Yes, There Was a Coup in Bolivia: Here’s Why (OPINION)

Nov 12, 2019
8:29 PM

Americans who rely on mainstream media wouldn’t know there was a coup ousting Evo Morales from office in Bolivia.

The coup, backed by violent right-wing antagonists with support from the , hasn’t been reported as such by corporate media. If Americans are seeking an accurate depiction of what is happening in Bolivia, you’ll have to find it elsewhere.

Headlines in the U.S., Europe, and Australia intentionally didn’t mention a coup. While making the argument that this is not what happened in Bolivia, big media inadvertently defined what a coup is with precision. You can see evidence of that here, here, here, here, here, and here. Perhaps the most egregious of these media giants running circles around the phrase is the New York Times Editorial Board stating: “the military sided with the protestors and ultimately stepped in.”

After the Organization of American States (OAS) claimed, without evidence, that they had found a “heap of observed irregularities” in the October 20 election, worldwide corporate media giants ran with the narrative. But despite big media lacking the journalistic integrity to acknowledge the facts (or ignoring the situation altogether), what is happening in Bolivia is undoubtedly just another run-of-the-mill, right-wing coup with the backing of the United States.

The OAS declared that a new vote should be held and Morales subsequently agreed in an attempt to restore peace. Within hours, Gen. Williams Kaliman, stated that a new election would be insufficient, saying: “After analyzing the situation of internal conflict, we ask the president to resign, allowing peace to be restored and stability to be maintained for the good of our Bolivia.”

The situation escalated in the hours leading up Morales’ resignation. The Chamber of Deputies president, two government ministers in charge of mines and hydrocarbons, and three other pro-government legislators announced their resignations with some of them saying opposition supporters had threatened their families.

Additionally, the head of Bolivia’s Supreme Electoral Tribunal, María Eugenia Choque, also stepped down. The attorney general’s office said it would investigate the tribunal’s judges for possible fraud. Police later said Choque had been detained along with 37 other officials on suspicion of electoral crimes.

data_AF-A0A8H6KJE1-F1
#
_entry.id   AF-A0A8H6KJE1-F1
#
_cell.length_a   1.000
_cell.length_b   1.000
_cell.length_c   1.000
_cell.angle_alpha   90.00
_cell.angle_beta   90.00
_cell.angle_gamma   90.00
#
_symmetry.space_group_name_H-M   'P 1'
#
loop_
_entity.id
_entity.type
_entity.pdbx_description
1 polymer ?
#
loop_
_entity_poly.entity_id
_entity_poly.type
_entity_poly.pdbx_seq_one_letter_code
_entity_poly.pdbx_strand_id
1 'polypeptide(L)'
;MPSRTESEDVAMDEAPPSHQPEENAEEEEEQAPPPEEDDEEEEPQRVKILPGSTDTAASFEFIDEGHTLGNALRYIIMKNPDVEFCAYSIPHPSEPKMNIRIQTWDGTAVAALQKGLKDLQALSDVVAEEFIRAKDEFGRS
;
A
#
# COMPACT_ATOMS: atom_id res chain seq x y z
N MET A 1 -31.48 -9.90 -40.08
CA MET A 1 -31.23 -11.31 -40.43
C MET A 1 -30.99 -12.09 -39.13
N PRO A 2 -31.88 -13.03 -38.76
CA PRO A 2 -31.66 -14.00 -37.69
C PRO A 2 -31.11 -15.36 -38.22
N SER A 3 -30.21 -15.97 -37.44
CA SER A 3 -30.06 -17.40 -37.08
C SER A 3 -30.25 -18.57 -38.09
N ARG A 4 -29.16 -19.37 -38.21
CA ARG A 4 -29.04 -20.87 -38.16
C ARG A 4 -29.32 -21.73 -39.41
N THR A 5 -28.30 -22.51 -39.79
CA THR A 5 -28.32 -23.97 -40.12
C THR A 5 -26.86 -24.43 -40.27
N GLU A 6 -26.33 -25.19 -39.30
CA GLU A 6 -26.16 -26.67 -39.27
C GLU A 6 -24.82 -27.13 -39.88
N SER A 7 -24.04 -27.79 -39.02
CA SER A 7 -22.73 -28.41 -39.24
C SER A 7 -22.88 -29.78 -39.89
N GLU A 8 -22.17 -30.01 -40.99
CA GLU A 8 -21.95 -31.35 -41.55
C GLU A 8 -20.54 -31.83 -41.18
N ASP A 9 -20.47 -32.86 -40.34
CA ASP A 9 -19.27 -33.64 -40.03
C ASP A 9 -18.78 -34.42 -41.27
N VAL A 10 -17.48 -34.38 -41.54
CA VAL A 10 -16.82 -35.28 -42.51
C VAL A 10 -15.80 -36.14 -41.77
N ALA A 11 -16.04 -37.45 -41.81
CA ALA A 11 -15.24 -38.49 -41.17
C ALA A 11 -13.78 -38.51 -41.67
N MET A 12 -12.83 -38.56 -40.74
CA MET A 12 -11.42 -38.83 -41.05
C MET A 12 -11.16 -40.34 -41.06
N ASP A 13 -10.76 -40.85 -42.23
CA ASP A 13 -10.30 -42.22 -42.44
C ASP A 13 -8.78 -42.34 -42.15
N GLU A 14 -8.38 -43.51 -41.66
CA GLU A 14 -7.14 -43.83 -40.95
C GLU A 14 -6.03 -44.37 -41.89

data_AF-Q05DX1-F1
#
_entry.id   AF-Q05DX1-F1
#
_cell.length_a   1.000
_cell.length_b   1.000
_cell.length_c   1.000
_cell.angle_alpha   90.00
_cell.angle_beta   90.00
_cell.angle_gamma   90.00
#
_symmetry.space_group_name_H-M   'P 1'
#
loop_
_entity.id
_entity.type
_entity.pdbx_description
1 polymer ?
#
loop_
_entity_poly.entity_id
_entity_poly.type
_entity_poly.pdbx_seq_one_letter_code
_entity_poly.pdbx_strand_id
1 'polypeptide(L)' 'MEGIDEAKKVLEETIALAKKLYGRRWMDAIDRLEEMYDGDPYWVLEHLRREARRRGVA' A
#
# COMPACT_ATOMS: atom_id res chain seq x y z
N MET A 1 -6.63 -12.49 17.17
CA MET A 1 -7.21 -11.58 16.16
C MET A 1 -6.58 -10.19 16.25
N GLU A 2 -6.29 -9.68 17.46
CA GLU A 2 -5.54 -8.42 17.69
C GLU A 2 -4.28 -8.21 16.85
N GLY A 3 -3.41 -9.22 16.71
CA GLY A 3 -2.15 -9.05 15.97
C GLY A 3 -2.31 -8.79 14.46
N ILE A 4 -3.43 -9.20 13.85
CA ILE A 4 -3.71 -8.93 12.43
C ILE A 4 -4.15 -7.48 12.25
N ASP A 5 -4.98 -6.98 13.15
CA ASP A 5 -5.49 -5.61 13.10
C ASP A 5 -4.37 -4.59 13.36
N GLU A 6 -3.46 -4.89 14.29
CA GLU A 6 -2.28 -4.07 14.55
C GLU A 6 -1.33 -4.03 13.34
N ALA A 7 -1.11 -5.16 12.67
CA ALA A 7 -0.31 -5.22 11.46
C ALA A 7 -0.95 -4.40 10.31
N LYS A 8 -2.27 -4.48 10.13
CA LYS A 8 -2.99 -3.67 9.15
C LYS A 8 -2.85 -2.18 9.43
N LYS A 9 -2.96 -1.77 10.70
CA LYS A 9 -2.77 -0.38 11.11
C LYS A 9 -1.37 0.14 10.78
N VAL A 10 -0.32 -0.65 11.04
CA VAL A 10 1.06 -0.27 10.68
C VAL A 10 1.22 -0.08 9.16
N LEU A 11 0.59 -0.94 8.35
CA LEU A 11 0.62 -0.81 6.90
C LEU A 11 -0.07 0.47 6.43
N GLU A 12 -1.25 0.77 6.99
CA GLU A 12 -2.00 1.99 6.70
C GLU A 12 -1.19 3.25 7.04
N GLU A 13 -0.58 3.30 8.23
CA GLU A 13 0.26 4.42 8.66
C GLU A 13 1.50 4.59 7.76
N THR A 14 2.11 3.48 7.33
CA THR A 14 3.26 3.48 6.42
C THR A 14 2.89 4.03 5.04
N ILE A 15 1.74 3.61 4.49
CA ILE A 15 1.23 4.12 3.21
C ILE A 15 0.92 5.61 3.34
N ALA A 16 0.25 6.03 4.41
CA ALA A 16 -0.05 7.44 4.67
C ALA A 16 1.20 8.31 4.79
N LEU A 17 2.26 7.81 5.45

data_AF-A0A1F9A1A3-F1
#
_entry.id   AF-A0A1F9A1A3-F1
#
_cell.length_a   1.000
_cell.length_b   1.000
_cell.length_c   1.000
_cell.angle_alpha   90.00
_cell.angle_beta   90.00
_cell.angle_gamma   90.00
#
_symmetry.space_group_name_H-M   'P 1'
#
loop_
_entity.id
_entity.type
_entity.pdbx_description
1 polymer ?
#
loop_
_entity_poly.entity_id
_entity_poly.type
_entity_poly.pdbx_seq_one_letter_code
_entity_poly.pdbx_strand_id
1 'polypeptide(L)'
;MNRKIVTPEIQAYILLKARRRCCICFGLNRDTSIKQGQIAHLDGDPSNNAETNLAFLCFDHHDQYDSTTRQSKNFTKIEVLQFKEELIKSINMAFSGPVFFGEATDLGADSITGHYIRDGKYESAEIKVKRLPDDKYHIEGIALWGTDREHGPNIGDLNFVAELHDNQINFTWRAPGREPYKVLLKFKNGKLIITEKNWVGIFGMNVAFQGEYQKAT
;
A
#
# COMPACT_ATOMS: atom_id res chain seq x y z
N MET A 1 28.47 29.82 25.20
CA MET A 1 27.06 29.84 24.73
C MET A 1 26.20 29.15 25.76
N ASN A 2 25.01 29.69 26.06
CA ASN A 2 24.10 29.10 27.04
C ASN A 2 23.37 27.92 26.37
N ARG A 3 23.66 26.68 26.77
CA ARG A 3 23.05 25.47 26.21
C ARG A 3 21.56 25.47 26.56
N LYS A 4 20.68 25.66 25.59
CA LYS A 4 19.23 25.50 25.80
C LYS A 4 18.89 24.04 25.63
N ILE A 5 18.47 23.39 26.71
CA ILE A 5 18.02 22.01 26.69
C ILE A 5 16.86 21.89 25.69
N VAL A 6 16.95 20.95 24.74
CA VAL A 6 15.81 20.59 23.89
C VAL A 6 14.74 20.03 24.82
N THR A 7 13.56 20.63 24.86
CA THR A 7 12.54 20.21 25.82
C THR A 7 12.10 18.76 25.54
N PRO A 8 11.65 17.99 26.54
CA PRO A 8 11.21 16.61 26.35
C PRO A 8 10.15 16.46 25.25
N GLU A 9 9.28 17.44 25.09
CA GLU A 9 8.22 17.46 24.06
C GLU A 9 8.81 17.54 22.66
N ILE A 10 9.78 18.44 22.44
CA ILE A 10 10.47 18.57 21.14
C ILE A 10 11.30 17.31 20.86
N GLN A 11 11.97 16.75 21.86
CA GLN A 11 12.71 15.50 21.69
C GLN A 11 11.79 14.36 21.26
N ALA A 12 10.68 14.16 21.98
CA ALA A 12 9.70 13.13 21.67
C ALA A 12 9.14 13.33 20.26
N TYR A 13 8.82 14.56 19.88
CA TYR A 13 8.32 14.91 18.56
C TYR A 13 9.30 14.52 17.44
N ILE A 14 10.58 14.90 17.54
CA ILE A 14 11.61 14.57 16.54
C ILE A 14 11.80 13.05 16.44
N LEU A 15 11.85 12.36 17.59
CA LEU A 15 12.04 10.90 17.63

“I am sending my resignation letter to the Legislative Assembly of Bolivia,” the 60-year-old leader said, rightfully declaring his exit as the culmination of a coup d’etat. Morales, the first member of Bolivia’s indigenous population to become president, had been in power for nearly 14 years, the longest span in the country’s history. Who would succeed Morales is unclear as his vice president and the Senate president —who was next in line— also resigned.

Mexico’s foreign minister, Marcelo Ebrard, criticized the military involvement in the day’s crisis, saying, “In Bolivia there is an ongoing military operation, we reject it, it is similar to those tragic events that bloodied Latin America in the last century. Mexico will maintain its position of respect for democracy and institutions. Coups, no.”

Jennifer Cyr, an associate professor of political science and Latin American studies at the University of Arizona, also voiced concern about the military commander demanding Morales resign, calling it “extremely troubling” and “sad.” I think we have to keep a close eye on what the military does over the next few hours,” said Cyr. “The power vacuum opens up space for the military to potentially step in,” she said.

Morales’ resignation did not put an end to violence. Interestingly, none of the aforementioned media giants have reported on the history of violence at the hands of the opposition that includes the burning of a governor’s home, the dragging of a mayor through the streets after her hair was cut off and her body painted red, and most recently the destruction and looting of Evo Morales’ home.

How We Got Here

A Bolivian court allowed for Morales to run for a fourth term as president after opponents said doing so would be unconstitutional. On October 20, Morales walked away with 47.1 percent of the vote while his main opponent had 36.5 percent of the vote. Because Morales secured more than 40 percent and had higher than a 10-point margin over the runner-up, a win was declared with no need for a runoff in accordance with the rules.